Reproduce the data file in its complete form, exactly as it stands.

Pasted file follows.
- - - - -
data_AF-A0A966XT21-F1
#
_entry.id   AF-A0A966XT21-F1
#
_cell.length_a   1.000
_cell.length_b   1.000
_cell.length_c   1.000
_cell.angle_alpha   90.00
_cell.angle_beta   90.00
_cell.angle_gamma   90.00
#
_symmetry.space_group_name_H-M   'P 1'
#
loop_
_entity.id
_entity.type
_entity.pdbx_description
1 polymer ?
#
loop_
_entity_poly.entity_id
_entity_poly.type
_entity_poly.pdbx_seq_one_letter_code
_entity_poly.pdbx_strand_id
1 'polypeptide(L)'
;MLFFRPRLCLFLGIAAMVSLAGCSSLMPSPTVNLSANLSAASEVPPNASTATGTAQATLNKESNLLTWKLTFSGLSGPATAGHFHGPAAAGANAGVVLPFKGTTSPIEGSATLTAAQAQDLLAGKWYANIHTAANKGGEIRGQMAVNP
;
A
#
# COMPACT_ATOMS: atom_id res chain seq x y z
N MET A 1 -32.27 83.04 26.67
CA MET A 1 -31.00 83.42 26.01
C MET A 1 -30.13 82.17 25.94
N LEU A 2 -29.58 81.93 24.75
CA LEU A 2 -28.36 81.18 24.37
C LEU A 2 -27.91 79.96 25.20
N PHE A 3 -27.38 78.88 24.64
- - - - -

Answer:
data_AF-A0A966XT21-F1
#
_entry.id   AF-A0A966XT21-F1
#
_cell.length_a   1.000
_cell.length_b   1.000
_cell.length_c   1.000
_cell.angle_alpha   90.00
_cell.angle_beta   90.00
_cell.angle_gamma   90.00
#
_symmetry.space_group_name_H-M   'P 1'
#
loop_
_entity.id
_entity.type
_entity.pdbx_description
1 polymer ?
#
loop_
_entity_poly.entity_id
_entity_poly.type
_entity_poly.pdbx_seq_one_letter_code
_entity_poly.pdbx_strand_id
1 'polypeptide(L)'
;MLFFRPRLCLFLGIAAMVSLAGCSSLMPSPTVNLSANLSAASEVPPNASTATGTAQATLNKESNLLTWKLTFSGLSGPATAGHFHGPAAAGANAGVVLPFKGTTSPIEGSATLTAAQAQDLLAGKWYANIHTAANKGGEIRGQMAVNP
;
A
#
# COMPACT_ATOMS: atom_id res chain seq x y z
N MET A 1 -32.27 83.04 26.67
CA MET A 1 -31.00 83.42 26.01
C MET A 1 -30.13 82.17 25.94
N LEU A 2 -29.58 81.93 24.75
CA LEU A 2 -28.36 81.18 24.37
C LEU A 2 -27.91 79.96 25.20
N PHE A 3 -27.38 78.88 24.64